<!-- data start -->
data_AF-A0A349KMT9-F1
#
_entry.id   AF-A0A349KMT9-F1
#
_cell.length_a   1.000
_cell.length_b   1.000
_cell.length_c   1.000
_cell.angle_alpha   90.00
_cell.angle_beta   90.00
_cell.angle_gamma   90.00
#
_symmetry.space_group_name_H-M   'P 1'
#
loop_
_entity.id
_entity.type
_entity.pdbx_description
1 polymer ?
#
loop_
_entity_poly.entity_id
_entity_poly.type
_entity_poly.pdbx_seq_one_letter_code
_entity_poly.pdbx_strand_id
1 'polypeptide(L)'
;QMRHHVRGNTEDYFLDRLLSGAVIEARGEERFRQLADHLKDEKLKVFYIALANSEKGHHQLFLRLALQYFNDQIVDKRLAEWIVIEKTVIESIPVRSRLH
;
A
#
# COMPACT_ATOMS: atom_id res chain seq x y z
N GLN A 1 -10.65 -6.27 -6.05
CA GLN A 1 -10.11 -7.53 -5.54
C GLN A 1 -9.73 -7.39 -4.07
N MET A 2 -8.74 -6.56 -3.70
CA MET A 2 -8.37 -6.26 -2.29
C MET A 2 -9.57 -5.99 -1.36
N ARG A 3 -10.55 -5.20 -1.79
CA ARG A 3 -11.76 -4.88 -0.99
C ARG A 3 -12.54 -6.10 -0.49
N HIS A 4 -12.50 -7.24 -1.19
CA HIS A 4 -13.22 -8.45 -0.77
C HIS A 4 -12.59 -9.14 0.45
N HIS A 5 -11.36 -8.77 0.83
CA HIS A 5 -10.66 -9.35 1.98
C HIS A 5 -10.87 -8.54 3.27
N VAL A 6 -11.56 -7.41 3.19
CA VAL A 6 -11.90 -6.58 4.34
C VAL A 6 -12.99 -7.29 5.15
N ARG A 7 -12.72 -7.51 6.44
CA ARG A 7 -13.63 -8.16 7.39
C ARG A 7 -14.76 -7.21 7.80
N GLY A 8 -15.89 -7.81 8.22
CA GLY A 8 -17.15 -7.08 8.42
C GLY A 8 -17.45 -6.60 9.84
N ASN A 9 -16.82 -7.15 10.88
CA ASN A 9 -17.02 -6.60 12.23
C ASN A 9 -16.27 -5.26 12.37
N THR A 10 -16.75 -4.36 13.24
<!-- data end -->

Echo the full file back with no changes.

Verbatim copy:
data_AF-A0A349KMT9-F1
#
_entry.id   AF-A0A349KMT9-F1
#
_cell.length_a   1.000
_cell.length_b   1.000
_cell.length_c   1.000
_cell.angle_alpha   90.00
_cell.angle_beta   90.00
_cell.angle_gamma   90.00
#
_symmetry.space_group_name_H-M   'P 1'
#
loop_
_entity.id
_entity.type
_entity.pdbx_description
1 polymer ?
#
loop_
_entity_poly.entity_id
_entity_poly.type
_entity_poly.pdbx_seq_one_letter_code
_entity_poly.pdbx_strand_id
1 'polypeptide(L)'
;QMRHHVRGNTEDYFLDRLLSGAVIEARGEERFRQLADHLKDEKLKVFYIALANSEKGHHQLFLRLALQYFNDQIVDKRLAEWIVIEKTVIESIPVRSRLH
;
A
#
# COMPACT_ATOMS: atom_id res chain seq x y z
N GLN A 1 -10.65 -6.27 -6.05
CA GLN A 1 -10.11 -7.53 -5.54
C GLN A 1 -9.73 -7.39 -4.07
N MET A 2 -8.74 -6.56 -3.70
CA MET A 2 -8.37 -6.26 -2.29
C MET A 2 -9.57 -5.99 -1.36
N ARG A 3 -10.55 -5.20 -1.79
CA ARG A 3 -11.76 -4.88 -0.99
C ARG A 3 -12.54 -6.10 -0.49
N HIS A 4 -12.50 -7.24 -1.19
CA HIS A 4 -13.22 -8.45 -0.77
C HIS A 4 -12.59 -9.14 0.45
N HIS A 5 -11.36 -8.77 0.83
CA HIS A 5 -10.66 -9.35 1.98
C HIS A 5 -10.87 -8.54 3.27
N VAL A 6 -11.56 -7.41 3.19
CA VAL A 6 -11.90 -6.58 4.34
C VAL A 6 -12.99 -7.29 5.15
N ARG A 7 -12.72 -7.51 6.44
CA ARG A 7 -13.63 -8.16 7.39
C ARG A 7 -14.76 -7.21 7.80
N GLY A 8 -15.89 -7.81 8.22
CA GLY A 8 -17.15 -7.08 8.42
C GLY A 8 -17.45 -6.60 9.84
N ASN A 9 -16.82 -7.15 10.88
CA ASN A 9 -17.02 -6.60 12.23
C ASN A 9 -16.27 -5.26 12.37
N THR A 10 -16.75 -4.36 13.24